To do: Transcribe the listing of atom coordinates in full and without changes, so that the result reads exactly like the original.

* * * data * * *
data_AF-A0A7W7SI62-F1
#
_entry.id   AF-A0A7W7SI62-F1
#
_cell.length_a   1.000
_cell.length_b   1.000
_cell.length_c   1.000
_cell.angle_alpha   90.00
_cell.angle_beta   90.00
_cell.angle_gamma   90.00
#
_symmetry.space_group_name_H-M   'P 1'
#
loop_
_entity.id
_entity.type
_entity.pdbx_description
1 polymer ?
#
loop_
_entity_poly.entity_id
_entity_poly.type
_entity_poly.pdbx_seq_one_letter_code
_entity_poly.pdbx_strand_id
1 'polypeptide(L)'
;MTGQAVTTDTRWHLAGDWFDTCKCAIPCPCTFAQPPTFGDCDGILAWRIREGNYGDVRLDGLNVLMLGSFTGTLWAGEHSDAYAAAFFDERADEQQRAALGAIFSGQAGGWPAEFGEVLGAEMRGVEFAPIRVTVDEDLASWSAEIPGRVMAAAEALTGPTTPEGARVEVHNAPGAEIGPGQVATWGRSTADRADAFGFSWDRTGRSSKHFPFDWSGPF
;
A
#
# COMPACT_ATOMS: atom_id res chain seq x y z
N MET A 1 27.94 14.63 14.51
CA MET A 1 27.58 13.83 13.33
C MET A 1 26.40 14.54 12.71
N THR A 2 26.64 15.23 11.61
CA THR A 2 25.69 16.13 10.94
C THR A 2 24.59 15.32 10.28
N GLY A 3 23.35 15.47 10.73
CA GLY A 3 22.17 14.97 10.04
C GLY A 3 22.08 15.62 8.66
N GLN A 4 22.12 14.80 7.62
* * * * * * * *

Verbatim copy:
data_AF-A0A7W7SI62-F1
#
_entry.id   AF-A0A7W7SI62-F1
#
_cell.length_a   1.000
_cell.length_b   1.000
_cell.length_c   1.000
_cell.angle_alpha   90.00
_cell.angle_beta   90.00
_cell.angle_gamma   90.00
#
_symmetry.space_group_name_H-M   'P 1'
#
loop_
_entity.id
_entity.type
_entity.pdbx_description
1 polymer ?
#
loop_
_entity_poly.entity_id
_entity_poly.type
_entity_poly.pdbx_seq_one_letter_code
_entity_poly.pdbx_strand_id
1 'polypeptide(L)'
;MTGQAVTTDTRWHLAGDWFDTCKCAIPCPCTFAQPPTFGDCDGILAWRIREGNYGDVRLDGLNVLMLGSFTGTLWAGEHSDAYAAAFFDERADEQQRAALGAIFSGQAGGWPAEFGEVLGAEMRGVEFAPIRVTVDEDLASWSAEIPGRVMAAAEALTGPTTPEGARVEVHNAPGAEIGPGQVATWGRSTADRADAFGFSWDRTGRSSKHFPFDWSGPF
;
A
#
# COMPACT_ATOMS: atom_id res chain seq x y z
N MET A 1 27.94 14.63 14.51
CA MET A 1 27.58 13.83 13.33
C MET A 1 26.40 14.54 12.71
N THR A 2 26.64 15.23 11.61
CA THR A 2 25.69 16.13 10.94
C THR A 2 24.59 15.32 10.28
N GLY A 3 23.35 15.47 10.73
CA GLY A 3 22.17 14.97 10.04
C GLY A 3 22.08 15.62 8.66
N GLN A 4 22.12 14.80 7.62